Manoj Badale - Chairman of The British Asian Trust

“Culturally the South Asian community places great importance on charity,” says Manoj Badale, Chairman of The British Asian Trust (BAT), which was founded in 2007 by a group of British Asian business leaders at the suggestion of HRH The Prince of Wales, following a visit to India and consultation with South Asian community leaders.

Manoj Badale - Chairman of The British Asian Trust

Case study

“The South Asian Community donates via the route they trust most and this is usually through a faith-based organisation or directly through their place of worship; there is however a change in attitudes with givers becoming more driven by the outcome just giving to charity is no longer enough, to see the outcome and understand the impact the donation has made is now the driver to give.”

BAT’s focus is on researching, identifying and then supporting projects in health, education and livelihoods. The emphasis is on impact measurement - it serves as a ‘social fund’ to support high impact charities within its areas of interest in Bangladesh, India, Pakistan, Sri Lanka and the UK.

Soon after its inception, BAT conducted a survey in 2007 amongst 75 British citizens of South Asian descent to assess the obstacles to effective and increased philanthropy. The results were informative:

  • About 80% of respondents felt that the lack of transparency and information on the NGO sector made them hesitate about giving money
  • Where large donations are being made to help good causes in South Asia, the majority are distributed with little thought given to the long-term impact for the NGO.

This was backed up by a review by New Philanthropy Capital ,which showed that less than 3% of the Indian-based NGOs reviewed measured impact in ways that would be considered robust.

“Philanthropy in the British Asian world has been very much based on recognition - putting grandfather’s name on top of a school or trying to make single orphanages work, and not reaching scale,” Badale told Philanthropy UK. “The Trust has opened the doors to the idea of leveraging people’s funds, managing them effectively to fund organisations that exist and are trying to reach scale. It has been a great experience to now engage through the Trust with like-minded individuals, corporates, trusts and foundations who want to make change by looking at charitable giving in a structured and business-like manner.” Skills that Badale brings to BAT from his business, and cricketing, ventures! He is the Chairman of Rajasthan Royals, an Indian Premier League Team and the co-founder and managing partner of Blenheim Chalcot, an early stage investment group that actively manages a portfolio of fast growth ventures in technology, financial services or media.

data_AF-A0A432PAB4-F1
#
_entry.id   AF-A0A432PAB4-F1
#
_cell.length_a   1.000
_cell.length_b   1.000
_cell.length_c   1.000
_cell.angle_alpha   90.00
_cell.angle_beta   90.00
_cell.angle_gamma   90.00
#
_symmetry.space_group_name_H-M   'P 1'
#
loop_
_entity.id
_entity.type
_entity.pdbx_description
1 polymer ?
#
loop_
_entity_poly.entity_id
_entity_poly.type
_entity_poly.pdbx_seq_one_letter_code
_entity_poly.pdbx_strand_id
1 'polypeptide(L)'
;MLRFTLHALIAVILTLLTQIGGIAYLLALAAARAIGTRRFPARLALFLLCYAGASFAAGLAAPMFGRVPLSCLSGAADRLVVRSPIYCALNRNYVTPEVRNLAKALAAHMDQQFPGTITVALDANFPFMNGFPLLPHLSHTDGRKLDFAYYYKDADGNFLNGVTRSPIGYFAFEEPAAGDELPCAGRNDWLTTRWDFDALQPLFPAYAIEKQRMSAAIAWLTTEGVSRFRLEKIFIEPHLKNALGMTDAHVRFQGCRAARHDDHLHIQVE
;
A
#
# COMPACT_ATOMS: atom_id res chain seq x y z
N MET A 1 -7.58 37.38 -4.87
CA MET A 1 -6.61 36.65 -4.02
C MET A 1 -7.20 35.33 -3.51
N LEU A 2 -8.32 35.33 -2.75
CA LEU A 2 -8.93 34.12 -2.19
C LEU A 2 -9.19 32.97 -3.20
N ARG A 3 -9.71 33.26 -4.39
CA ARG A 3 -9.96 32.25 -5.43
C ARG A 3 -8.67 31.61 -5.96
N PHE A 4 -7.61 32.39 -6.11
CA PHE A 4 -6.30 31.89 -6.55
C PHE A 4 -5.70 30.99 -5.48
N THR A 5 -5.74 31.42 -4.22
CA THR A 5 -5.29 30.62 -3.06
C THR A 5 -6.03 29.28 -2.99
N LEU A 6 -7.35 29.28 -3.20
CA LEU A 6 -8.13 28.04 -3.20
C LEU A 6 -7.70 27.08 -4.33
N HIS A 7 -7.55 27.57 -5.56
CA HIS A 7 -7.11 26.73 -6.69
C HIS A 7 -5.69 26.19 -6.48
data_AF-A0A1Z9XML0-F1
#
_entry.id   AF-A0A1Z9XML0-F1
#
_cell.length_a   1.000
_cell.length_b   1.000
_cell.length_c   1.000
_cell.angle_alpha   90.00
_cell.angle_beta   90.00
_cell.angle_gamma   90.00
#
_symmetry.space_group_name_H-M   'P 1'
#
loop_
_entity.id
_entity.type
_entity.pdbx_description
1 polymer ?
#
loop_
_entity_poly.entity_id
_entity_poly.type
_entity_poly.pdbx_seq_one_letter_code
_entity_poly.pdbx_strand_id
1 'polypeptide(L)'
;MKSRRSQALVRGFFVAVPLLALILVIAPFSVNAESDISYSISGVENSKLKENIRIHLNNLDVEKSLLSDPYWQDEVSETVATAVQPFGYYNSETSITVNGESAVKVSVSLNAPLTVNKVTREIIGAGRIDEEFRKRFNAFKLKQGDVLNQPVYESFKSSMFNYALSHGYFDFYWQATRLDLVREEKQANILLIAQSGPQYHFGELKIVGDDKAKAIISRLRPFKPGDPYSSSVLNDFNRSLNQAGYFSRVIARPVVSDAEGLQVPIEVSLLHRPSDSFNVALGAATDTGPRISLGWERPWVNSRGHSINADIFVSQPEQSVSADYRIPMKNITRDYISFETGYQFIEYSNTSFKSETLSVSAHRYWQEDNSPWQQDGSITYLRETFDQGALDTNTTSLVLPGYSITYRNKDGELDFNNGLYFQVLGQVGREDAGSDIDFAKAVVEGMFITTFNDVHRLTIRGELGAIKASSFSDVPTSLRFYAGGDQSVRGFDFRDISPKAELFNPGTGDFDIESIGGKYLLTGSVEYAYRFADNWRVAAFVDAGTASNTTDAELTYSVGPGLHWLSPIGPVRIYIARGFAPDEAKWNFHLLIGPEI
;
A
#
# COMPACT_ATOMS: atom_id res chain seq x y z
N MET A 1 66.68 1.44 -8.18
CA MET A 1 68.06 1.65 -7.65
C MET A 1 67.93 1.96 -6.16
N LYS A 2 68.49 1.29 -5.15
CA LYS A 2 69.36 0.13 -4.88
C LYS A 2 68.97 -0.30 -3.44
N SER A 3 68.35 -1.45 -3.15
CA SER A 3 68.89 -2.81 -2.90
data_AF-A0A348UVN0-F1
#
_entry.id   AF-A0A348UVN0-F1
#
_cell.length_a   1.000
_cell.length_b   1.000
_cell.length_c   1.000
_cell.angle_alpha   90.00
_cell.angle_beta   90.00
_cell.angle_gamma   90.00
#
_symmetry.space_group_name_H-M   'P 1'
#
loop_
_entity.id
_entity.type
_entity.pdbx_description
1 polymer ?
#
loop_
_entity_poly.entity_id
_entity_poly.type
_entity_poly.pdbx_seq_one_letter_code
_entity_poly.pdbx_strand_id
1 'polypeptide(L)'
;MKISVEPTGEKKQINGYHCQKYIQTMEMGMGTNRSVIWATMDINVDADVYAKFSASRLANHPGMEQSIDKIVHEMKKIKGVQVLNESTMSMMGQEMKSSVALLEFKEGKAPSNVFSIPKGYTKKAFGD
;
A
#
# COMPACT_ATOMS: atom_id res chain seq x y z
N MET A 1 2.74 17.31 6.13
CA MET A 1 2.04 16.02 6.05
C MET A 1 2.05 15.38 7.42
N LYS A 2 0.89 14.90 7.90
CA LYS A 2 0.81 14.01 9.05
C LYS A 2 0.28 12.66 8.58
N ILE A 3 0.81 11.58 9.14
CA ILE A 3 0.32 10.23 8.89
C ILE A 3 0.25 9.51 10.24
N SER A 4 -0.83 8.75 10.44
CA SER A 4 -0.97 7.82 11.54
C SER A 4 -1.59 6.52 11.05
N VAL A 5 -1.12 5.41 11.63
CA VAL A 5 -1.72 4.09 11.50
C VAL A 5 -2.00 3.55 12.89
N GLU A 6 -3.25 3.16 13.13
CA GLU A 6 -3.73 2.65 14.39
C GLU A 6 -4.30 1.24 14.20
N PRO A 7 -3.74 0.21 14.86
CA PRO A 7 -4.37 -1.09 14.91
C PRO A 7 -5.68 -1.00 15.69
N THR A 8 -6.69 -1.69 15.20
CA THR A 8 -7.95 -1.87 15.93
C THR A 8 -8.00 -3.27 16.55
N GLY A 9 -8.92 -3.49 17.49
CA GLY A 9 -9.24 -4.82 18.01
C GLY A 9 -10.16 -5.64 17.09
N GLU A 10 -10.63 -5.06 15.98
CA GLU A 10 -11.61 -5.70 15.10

Badale is also the chairman of Operation Smile UK, a children's charity treating facial deformities such as cleft lips and cleft palates all around the world,

“The Trust prides itself on its knowledge of the issues being faced by those in South Asia; it actively seeks out and supports organisations that empower those most in need.” BAT has seen positive change in the past five years. “There has been a rise in family foundations, established to make charitable donations in a structured way with the first generation handing over the reins and the younger, more impact driven generation investing in charities and programmes that have a proven track record.

It has been interesting to see the types of people, institutions and businesses who have come together to support the work of the Trust," says Badale. “On the individual front it has mainly been the Asian entrepreneur who is looking to see how business acumen can be applied to charitable giving to achieve scale.”

Asian market focused brands such as Rubicon fruit juices and Lycamobile, who are looking to help the countries from where their consumer largely originates, also give through the Trust, and foundations, such as the Waterloo Foundation and The British and Foreign Schools Society, are engaged through their interest in helping scale the impact of work in partnership, and leverage the funds they wish to spend in South Asia.

The outcomes, highlighted in this selection of BAT’s figures for 2010 -2011 alone, are telling - 16,628 girls educated; 6,690 young people in jobs and 268,478 eye surgeries to prevent blindness.

For Badale, and BAT, the focus is being ‘global citizens’. “We are all about promoting giving in a more innovative and impactful way, and changing the mind-set that we are in some way separate from those in need.”

This case study is tagged under

  • Faith
  • Causes
  • Health
  • Diversity
  • Impact measurement